7 of The World's Most Interesting Drinking Customs

By Joshua Malin |
FWX HEY WINE GUYS STOP CORK BLOCKING

© DIZ Muenchen GmbH, Sueddeutsche Zeitung Photo / Alamy

Drinking alcohol is deeply intertwined with the development of human culture, so it’s no surprise that interesting, varied drinking customs have developed wherever alcohol is consumed — which would be everywhere on Earth. From religious ceremonies to family gatherings, whenever alcohol is consumed, you can expect that customs will develop. From the dark sides of the basic toast to one’s health to a town-sized food wine fight, explore some of the world’s most interesting drinking customs.

The Many Toasts That Accompany A Georgian Meal – Georgia

Perhaps no people take the toasting of wine more seriously than the Georgians. The practice of a ‘Tamada’ (toastmaster) leading the guests at a ‘supra,’ a dinner party (or larger feast), through a dozen or more toasts has ancient origins that some believe go all the way back to the late Bronze Age. These toasts will be made to friends, family — dead and living — and whatever else is on the toastmaster’s mind. As you can imagine, they can get quite personal. Wine is the beverage of choice for these toasts, though brandy and vodka are acceptable as well. Beer on the other hand is out of the question — unless you’re wishing bad luck upon the person to whom you are toasting.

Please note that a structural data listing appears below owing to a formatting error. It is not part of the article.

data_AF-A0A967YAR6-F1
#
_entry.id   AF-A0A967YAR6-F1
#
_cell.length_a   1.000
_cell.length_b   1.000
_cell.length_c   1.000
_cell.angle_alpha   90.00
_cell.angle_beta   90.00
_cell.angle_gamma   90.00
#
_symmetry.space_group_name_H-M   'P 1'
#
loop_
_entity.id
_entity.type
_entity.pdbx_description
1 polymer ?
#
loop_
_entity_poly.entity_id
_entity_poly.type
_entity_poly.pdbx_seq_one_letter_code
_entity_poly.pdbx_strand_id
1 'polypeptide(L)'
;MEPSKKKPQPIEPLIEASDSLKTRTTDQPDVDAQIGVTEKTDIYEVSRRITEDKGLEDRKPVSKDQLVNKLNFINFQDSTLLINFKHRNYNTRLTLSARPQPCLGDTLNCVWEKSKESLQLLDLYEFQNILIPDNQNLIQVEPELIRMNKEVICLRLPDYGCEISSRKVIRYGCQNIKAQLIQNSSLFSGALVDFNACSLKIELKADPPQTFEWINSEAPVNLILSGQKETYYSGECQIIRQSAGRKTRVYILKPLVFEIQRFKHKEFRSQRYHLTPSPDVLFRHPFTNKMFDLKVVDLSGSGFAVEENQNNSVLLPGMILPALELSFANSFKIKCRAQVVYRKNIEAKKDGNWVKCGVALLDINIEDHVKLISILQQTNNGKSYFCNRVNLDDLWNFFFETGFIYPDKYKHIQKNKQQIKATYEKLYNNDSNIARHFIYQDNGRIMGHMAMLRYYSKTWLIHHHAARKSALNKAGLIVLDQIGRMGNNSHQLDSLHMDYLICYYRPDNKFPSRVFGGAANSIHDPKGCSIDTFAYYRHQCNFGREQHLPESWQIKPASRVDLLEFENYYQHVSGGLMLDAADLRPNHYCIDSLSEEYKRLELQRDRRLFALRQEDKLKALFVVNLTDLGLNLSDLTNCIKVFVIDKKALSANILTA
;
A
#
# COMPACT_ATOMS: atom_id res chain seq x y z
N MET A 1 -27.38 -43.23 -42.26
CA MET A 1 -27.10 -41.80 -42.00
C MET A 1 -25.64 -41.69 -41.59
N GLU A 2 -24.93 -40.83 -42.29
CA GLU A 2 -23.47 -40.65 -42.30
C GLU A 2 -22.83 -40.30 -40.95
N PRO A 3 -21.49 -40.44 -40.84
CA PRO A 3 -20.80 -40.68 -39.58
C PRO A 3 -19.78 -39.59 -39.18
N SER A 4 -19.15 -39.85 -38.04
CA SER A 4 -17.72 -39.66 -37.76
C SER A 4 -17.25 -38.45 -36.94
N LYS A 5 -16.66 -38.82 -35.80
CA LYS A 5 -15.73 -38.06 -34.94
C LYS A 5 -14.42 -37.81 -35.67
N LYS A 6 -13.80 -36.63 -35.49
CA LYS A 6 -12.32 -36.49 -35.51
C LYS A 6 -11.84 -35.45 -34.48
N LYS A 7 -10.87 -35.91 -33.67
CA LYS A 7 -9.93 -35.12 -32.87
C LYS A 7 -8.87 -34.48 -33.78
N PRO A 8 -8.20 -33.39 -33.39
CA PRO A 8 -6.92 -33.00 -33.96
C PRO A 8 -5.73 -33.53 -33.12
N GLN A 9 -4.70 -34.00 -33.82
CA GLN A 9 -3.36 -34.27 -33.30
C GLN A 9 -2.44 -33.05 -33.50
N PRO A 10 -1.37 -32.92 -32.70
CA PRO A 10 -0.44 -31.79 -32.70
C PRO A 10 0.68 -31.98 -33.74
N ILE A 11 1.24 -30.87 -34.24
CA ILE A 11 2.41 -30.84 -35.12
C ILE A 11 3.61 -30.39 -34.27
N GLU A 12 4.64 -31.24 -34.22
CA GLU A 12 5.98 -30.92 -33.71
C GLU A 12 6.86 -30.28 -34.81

Toast Carefully Or Expect 7 Years Of Bad Sex – Spain, France, Germany

Toasting has deep roots in Western culture, with some anthropologists suggesting that it goes back to  ancient religious rites. While a toast is generally positive — good health and good luck are common — the act carries certain negative superstitions in three European countries. Making eye contact while toasting is considered polite in many countries and the penalties for deviating from this practice can be severe. A commonly held superstition in France and Germany is that you’ll suffer through seven years of ‘bad sex’ if you break eye contact during a toast. Many in Spain believe that the same curse will befall those who toast with glasses of water.

The U.S. Navy’s Mess Night Manual offers up another reason why one should never toast with glasses of water: “Toasts are usually made with champagne, but other wines are also suitable. At a Mess Night, port wine is used for all toasts. Although civilian practice is more permissive, in the military, toasts are never drunk with liqueurs, soft drinks, or water. Tradition is that the object of a toast with water will die by drowning.”